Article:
After checking my pantry, I decided to make some jam.
3217_0.jpg

Fruits for our hens and quails
3220.jpg


The entire house smells lovely.
3218.jpg

No waste; citrus enriches the flavor as always.
3221.jpg

We got 9 cans of jam and shared three with neighbors.
3190_0.jpg

It's rewarding in many aspects.
3206.jpg
 

AMKuska

Garden Master
Joined
Jan 25, 2014
Messages
2,247
Reaction score
5,478
Points
317
Location
Washington
I did. Not only the fat from bacon, I used to chop pork/beef/chicken fat into small pieces and then pan-fry them until all oil came out. Then, we use such fat/oil for frying other ingredients. This is very common in my culture.

The principle is, making the best use of the food. Most of the refined oils available on supermarket shelves are not really better than animal fats.
I think we could use cooking classes from you :eek: that looks really good!!!

Food rarely goes to waste here. Plain meat scraps are added to the dog's food. Chicken safe scraps are given to the chickens. Moldy or inappropriate for pet items go in the composter. The only food that escapes into the system is stuff mistakenly scraped in by family, or really doesn't belong in any category.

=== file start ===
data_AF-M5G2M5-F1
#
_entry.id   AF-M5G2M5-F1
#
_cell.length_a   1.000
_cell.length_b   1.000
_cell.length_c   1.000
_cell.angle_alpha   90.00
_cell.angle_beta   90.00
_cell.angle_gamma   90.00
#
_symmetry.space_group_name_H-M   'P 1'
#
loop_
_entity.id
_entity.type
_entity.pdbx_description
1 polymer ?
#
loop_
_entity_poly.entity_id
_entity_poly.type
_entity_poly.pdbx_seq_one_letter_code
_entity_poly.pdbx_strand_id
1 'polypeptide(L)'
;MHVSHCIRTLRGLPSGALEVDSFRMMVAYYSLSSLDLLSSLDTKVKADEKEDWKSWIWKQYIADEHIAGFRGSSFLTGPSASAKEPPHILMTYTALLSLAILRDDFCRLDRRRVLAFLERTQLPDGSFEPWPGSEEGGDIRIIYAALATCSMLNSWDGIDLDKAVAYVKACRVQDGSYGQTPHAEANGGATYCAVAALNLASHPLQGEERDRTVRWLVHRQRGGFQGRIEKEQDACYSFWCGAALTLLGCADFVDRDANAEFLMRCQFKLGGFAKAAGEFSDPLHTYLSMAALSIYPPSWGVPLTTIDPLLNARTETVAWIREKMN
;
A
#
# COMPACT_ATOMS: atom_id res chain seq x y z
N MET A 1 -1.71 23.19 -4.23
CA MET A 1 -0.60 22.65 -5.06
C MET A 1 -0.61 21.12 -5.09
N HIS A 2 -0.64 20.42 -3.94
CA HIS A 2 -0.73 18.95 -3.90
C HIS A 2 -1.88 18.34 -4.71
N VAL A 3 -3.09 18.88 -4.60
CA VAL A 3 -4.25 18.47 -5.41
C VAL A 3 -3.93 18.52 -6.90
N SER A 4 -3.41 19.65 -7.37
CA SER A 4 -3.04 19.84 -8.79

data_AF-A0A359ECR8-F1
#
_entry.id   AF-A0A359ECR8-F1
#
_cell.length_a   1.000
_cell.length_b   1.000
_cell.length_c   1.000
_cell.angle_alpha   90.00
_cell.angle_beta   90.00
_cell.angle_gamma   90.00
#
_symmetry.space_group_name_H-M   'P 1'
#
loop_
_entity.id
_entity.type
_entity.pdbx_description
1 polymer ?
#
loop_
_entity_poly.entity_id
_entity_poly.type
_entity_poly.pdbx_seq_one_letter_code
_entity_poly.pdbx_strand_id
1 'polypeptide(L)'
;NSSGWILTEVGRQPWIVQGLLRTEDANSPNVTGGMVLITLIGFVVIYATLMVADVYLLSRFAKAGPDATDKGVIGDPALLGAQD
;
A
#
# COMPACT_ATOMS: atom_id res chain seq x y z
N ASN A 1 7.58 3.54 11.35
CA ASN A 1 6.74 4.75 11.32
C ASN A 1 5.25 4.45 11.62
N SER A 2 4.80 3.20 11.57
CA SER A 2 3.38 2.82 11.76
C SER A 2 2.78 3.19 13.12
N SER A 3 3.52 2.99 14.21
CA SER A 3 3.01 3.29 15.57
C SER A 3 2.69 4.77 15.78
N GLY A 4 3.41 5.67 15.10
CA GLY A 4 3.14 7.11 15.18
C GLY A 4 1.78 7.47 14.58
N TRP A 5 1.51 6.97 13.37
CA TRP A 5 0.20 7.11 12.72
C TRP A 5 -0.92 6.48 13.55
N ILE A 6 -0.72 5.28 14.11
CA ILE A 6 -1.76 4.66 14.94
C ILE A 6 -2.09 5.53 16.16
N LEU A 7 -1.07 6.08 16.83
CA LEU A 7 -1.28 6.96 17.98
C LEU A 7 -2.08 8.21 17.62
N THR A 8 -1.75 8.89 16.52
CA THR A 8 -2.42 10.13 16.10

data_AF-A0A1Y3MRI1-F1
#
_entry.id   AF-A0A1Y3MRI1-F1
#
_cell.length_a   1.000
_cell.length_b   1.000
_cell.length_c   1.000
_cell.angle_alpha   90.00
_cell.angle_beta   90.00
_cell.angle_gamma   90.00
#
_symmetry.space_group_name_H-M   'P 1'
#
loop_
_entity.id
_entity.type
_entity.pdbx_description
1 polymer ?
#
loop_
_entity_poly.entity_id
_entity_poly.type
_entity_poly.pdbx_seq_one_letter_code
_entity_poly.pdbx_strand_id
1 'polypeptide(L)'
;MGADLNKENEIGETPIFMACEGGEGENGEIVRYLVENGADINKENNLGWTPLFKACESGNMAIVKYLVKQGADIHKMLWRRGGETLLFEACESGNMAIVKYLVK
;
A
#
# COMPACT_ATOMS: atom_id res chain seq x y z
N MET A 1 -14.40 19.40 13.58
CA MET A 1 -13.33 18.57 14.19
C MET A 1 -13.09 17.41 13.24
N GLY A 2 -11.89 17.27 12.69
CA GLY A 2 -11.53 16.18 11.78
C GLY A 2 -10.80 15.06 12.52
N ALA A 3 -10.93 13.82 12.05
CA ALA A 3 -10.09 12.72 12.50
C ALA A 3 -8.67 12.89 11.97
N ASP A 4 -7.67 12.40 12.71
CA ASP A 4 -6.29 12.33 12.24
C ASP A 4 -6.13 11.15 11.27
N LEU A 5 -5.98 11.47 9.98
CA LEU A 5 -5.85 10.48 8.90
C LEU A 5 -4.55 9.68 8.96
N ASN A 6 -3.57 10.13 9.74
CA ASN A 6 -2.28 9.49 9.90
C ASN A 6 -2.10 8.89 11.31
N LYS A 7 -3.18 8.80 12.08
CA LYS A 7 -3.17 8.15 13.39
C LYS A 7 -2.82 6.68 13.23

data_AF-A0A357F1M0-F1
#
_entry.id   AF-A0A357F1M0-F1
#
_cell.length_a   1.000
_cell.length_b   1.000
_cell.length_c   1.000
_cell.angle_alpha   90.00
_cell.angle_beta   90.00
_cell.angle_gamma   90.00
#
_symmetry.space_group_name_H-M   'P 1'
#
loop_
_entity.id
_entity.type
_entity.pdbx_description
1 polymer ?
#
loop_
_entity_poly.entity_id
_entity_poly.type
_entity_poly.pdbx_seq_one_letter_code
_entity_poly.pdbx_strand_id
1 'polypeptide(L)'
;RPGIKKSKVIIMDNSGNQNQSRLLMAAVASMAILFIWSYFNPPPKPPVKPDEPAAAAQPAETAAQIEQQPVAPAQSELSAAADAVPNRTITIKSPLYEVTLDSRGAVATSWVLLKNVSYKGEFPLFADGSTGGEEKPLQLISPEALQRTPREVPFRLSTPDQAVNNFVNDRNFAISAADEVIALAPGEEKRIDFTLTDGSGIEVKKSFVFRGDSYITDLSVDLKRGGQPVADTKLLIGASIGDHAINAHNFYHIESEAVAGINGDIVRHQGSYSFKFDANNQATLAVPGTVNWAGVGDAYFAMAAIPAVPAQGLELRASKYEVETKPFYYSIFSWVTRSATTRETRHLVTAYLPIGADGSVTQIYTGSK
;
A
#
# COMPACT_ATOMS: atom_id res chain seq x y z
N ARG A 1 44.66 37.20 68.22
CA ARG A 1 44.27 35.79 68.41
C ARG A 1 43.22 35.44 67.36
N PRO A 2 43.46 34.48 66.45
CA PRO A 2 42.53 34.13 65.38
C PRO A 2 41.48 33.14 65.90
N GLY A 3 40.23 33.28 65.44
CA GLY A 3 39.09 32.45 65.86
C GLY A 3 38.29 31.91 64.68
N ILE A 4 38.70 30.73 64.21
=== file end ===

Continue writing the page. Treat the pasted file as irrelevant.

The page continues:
a while back when the news came out with the story about how much food is wasted by the average family it made me think of all the resulting pollution and waste of energy it took to produce and package all that plus all the packaging ending up in landfills and the land use it represents along with the destruction of topsoil, use of fertilizers, *cides, ...

330 million plus people doing that.

we're an incredibly rich society that we can afford such waste.

personally i'm rather upset by any food wasting that goes on here and i try to make sure it doesn't happen. we've probably kept it down to less than 1% that spoils and even if it does i can feed it to the worm farm i many cases. the other aspect is that i hate wasting money and to me money spent on food that is eventually wasted is also a wasted expenditure.